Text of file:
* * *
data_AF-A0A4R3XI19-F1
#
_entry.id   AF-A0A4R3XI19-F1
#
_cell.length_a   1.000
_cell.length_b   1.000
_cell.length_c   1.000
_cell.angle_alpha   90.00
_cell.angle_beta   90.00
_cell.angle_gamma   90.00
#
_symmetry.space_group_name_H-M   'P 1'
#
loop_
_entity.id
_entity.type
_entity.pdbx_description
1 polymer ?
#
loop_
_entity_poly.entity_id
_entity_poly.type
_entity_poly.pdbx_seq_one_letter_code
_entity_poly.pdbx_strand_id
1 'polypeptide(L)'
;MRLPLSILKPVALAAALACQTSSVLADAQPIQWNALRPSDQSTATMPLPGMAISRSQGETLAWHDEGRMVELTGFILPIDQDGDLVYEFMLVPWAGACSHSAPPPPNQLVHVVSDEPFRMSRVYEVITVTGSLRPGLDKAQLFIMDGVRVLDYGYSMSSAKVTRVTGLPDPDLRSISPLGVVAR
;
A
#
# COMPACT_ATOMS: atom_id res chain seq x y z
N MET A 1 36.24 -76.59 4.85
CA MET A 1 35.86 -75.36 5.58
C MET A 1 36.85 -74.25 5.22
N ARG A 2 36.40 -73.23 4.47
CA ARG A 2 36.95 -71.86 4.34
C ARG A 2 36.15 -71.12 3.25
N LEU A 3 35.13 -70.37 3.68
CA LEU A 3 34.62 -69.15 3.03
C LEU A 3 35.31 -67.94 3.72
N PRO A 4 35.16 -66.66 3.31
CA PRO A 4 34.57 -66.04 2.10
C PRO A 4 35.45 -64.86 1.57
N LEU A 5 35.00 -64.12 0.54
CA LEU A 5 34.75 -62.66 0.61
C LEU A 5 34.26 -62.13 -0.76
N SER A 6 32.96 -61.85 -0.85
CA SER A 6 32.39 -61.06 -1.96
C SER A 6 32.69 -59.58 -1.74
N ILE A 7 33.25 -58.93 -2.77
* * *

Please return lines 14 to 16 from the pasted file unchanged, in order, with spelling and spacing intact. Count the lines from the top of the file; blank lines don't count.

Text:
loop_
_entity.id
_entity.type